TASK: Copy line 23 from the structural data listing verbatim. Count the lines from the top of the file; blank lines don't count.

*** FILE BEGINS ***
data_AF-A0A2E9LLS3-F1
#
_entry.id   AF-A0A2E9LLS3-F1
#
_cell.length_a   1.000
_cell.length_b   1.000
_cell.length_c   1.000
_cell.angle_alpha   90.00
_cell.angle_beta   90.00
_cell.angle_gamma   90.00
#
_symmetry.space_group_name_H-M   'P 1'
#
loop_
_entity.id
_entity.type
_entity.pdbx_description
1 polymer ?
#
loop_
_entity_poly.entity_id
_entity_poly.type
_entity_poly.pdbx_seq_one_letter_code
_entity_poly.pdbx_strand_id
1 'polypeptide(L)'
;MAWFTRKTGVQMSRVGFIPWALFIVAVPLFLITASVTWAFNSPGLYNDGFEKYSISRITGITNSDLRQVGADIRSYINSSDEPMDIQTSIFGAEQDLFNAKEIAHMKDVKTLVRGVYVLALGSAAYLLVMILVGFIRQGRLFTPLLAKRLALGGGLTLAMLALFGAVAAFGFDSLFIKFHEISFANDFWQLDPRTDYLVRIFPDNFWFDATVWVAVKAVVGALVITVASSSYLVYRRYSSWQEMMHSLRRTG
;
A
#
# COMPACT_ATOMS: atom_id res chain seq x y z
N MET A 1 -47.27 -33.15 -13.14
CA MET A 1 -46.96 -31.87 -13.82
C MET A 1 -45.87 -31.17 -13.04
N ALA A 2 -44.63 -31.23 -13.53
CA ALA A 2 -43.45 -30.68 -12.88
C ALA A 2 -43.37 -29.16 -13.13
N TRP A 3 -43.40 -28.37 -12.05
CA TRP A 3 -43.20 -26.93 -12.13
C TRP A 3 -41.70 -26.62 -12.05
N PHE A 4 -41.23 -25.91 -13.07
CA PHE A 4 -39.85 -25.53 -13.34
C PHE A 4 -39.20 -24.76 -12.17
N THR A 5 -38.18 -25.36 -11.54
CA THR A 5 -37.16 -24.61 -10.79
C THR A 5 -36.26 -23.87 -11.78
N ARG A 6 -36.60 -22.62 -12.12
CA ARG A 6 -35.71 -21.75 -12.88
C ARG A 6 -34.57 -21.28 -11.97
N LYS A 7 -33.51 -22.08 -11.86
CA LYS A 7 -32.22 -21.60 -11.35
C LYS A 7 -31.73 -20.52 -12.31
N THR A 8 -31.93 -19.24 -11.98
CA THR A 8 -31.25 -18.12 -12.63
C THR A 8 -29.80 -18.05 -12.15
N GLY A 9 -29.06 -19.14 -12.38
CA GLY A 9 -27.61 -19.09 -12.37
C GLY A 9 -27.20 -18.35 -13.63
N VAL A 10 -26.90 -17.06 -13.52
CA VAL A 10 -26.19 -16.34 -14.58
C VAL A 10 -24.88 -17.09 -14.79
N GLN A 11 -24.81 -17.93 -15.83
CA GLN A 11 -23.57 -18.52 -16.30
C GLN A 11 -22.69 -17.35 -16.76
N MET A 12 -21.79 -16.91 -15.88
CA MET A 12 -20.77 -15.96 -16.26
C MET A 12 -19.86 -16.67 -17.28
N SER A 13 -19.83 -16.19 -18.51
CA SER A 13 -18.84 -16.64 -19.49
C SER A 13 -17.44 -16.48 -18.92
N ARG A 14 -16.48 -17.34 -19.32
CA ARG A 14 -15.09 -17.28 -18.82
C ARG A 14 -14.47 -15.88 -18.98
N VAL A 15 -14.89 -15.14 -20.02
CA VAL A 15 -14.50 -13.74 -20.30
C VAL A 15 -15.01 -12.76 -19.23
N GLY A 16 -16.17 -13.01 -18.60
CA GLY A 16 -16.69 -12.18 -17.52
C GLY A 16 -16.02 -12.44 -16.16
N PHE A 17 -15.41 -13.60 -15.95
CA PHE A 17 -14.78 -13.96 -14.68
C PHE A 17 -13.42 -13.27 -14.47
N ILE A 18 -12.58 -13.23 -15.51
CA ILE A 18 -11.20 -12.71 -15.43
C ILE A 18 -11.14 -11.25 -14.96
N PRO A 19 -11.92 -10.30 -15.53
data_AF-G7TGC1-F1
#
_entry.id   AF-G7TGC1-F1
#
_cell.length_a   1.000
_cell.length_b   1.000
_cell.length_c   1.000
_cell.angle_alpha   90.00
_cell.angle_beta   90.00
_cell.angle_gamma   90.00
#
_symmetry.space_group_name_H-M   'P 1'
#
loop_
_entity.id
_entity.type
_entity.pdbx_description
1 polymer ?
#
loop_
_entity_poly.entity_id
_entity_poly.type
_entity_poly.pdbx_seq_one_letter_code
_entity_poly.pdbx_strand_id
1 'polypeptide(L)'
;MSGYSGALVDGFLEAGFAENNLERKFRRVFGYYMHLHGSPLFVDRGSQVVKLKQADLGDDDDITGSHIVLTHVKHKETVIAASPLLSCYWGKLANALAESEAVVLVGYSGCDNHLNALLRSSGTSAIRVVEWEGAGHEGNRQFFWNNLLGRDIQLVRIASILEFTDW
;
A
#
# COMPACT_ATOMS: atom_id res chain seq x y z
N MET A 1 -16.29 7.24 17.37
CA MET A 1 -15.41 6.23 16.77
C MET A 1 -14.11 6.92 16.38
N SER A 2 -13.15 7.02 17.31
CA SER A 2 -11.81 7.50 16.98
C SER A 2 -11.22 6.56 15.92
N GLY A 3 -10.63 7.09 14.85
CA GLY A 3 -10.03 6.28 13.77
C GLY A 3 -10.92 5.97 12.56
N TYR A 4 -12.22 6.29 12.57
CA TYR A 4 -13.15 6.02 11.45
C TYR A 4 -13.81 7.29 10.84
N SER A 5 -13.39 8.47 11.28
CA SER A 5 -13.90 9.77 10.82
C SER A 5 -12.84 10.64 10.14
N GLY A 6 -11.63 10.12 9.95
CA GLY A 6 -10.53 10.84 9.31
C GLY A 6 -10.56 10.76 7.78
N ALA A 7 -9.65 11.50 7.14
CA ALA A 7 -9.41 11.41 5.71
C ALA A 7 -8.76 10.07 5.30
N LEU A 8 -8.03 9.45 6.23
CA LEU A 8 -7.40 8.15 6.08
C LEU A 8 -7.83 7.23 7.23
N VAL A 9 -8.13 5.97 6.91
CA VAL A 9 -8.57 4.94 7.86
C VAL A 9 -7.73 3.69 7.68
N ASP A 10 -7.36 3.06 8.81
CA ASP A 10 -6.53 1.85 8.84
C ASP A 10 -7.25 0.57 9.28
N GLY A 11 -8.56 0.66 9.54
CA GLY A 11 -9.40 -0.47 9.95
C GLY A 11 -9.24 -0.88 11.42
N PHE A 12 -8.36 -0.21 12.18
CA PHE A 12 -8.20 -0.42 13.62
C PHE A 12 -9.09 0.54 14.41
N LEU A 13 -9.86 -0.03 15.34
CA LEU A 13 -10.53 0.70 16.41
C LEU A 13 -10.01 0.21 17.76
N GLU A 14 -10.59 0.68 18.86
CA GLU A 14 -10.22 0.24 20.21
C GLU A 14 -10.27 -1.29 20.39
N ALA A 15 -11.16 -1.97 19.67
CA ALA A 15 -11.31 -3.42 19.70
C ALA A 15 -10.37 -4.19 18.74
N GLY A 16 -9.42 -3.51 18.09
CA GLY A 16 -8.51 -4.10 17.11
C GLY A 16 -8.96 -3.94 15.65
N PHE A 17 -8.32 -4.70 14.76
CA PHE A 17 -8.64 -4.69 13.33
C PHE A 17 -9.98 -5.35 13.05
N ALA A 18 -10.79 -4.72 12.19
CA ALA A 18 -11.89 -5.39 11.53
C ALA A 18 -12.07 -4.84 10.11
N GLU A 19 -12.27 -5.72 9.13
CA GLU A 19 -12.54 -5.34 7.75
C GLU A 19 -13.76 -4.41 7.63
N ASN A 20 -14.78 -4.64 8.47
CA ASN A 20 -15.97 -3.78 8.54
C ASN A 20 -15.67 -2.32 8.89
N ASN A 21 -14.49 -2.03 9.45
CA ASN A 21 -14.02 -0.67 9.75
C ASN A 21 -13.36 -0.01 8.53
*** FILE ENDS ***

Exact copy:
_entity_poly.pdbx_seq_one_letter_code